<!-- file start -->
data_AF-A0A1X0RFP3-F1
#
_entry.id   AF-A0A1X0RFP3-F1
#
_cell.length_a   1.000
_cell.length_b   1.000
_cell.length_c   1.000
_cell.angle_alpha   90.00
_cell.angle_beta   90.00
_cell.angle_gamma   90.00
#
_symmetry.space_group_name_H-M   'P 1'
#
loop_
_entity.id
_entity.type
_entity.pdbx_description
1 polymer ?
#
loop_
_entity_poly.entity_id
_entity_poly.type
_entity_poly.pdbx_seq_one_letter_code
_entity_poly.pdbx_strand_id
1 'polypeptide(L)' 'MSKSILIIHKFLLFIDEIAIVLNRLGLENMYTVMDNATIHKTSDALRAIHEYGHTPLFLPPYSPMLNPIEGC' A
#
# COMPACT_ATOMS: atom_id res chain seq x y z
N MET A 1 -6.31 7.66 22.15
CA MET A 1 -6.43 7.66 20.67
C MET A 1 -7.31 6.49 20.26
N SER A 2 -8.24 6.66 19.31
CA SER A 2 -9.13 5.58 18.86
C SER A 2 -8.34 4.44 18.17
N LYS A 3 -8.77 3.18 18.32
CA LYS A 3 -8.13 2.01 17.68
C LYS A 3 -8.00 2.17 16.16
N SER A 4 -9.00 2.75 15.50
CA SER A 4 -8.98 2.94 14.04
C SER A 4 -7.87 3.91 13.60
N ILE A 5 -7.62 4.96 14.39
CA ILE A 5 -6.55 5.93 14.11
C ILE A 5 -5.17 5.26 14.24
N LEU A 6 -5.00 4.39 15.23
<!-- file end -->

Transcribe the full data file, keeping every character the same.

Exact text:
data_AF-A0A1X0RFP3-F1
#
_entry.id   AF-A0A1X0RFP3-F1
#
_cell.length_a   1.000
_cell.length_b   1.000
_cell.length_c   1.000
_cell.angle_alpha   90.00
_cell.angle_beta   90.00
_cell.angle_gamma   90.00
#
_symmetry.space_group_name_H-M   'P 1'
#
loop_
_entity.id
_entity.type
_entity.pdbx_description
1 polymer ?
#
loop_
_entity_poly.entity_id
_entity_poly.type
_entity_poly.pdbx_seq_one_letter_code
_entity_poly.pdbx_strand_id
1 'polypeptide(L)' 'MSKSILIIHKFLLFIDEIAIVLNRLGLENMYTVMDNATIHKTSDALRAIHEYGHTPLFLPPYSPMLNPIEGC' A
#
# COMPACT_ATOMS: atom_id res chain seq x y z
N MET A 1 -6.31 7.66 22.15
CA MET A 1 -6.43 7.66 20.67
C MET A 1 -7.31 6.49 20.26
N SER A 2 -8.24 6.66 19.31
CA SER A 2 -9.13 5.58 18.86
C SER A 2 -8.34 4.44 18.17
N LYS A 3 -8.77 3.18 18.32
CA LYS A 3 -8.13 2.01 17.68
C LYS A 3 -8.00 2.17 16.16
N SER A 4 -9.00 2.75 15.50
CA SER A 4 -8.98 2.94 14.04
C SER A 4 -7.87 3.91 13.60
N ILE A 5 -7.62 4.96 14.39
CA ILE A 5 -6.55 5.93 14.11
C ILE A 5 -5.17 5.26 14.24
N LEU A 6 -5.00 4.39 15.23